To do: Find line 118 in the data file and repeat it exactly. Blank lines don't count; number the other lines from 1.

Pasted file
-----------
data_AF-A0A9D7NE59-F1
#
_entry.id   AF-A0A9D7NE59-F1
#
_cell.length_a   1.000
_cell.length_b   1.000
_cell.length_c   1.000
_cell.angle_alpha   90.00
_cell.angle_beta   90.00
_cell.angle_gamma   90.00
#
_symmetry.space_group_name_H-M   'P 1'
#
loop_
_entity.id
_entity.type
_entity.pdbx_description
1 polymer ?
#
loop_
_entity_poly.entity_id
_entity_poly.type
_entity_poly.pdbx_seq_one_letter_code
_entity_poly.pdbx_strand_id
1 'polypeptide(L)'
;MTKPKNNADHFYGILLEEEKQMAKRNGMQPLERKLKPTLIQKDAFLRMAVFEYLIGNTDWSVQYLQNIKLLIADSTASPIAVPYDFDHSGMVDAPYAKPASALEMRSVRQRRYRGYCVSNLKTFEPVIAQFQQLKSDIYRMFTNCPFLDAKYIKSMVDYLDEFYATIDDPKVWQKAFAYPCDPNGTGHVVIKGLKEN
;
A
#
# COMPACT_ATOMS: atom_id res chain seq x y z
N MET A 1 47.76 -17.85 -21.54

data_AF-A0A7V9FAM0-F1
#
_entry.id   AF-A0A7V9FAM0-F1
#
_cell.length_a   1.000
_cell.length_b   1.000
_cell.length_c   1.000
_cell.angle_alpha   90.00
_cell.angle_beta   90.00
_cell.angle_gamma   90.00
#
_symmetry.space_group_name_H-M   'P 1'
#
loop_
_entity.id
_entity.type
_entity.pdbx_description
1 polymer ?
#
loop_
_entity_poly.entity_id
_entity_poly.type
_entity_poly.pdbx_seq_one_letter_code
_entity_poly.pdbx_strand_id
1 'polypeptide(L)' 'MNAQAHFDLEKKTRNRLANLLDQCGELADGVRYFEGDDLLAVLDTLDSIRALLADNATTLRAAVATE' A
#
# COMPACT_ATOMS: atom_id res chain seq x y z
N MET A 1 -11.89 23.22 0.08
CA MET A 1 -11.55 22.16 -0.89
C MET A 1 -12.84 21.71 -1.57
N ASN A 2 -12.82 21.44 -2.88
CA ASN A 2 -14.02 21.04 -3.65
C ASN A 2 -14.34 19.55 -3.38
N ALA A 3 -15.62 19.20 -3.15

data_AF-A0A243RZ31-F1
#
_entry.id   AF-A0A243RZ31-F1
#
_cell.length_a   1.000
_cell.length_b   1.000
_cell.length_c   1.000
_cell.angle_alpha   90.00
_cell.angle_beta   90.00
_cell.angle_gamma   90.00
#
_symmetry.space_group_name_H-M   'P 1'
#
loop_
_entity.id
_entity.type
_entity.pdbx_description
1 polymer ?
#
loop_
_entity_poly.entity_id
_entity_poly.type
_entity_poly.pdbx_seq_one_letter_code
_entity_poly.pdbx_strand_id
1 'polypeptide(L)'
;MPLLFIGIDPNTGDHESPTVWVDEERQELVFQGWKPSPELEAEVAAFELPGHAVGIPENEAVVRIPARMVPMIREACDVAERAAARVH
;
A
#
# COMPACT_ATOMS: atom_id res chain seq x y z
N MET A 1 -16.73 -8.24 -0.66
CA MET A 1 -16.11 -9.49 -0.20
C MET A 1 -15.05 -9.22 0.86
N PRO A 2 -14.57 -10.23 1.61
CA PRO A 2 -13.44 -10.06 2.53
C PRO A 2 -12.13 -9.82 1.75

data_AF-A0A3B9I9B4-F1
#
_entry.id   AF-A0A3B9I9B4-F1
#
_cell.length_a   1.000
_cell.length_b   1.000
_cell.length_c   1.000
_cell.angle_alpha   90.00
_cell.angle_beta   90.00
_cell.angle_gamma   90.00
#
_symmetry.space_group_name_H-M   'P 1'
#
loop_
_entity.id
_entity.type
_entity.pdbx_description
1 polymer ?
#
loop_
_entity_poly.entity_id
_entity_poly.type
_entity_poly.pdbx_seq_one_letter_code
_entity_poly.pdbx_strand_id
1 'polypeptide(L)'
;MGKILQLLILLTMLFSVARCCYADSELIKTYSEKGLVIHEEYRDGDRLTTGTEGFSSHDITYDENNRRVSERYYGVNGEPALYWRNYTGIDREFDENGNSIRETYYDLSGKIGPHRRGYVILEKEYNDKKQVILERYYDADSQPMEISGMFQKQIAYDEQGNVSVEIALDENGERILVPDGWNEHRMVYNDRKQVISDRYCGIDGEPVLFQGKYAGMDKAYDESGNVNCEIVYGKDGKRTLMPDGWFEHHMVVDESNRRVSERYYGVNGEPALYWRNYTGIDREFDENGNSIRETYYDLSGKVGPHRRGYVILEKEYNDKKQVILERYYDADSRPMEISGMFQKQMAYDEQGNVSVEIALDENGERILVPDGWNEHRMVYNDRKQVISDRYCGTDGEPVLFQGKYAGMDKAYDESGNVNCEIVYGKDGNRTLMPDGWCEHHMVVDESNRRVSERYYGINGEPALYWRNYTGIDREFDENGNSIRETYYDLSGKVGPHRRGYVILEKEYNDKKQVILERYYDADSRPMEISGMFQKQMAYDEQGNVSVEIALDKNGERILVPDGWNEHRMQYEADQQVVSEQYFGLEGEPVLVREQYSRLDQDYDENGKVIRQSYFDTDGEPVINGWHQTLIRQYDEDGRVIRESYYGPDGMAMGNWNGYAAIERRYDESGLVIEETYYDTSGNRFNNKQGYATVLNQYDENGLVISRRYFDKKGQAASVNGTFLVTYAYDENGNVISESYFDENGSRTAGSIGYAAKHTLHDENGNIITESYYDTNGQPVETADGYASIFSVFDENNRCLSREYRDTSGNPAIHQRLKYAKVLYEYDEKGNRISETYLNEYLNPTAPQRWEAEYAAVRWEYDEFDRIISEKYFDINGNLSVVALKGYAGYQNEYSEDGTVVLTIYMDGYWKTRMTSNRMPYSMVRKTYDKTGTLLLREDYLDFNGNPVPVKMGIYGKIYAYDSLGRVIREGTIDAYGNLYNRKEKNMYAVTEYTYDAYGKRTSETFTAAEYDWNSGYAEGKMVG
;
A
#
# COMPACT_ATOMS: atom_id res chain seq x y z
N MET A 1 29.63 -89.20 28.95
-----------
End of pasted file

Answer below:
_entity.pdbx_description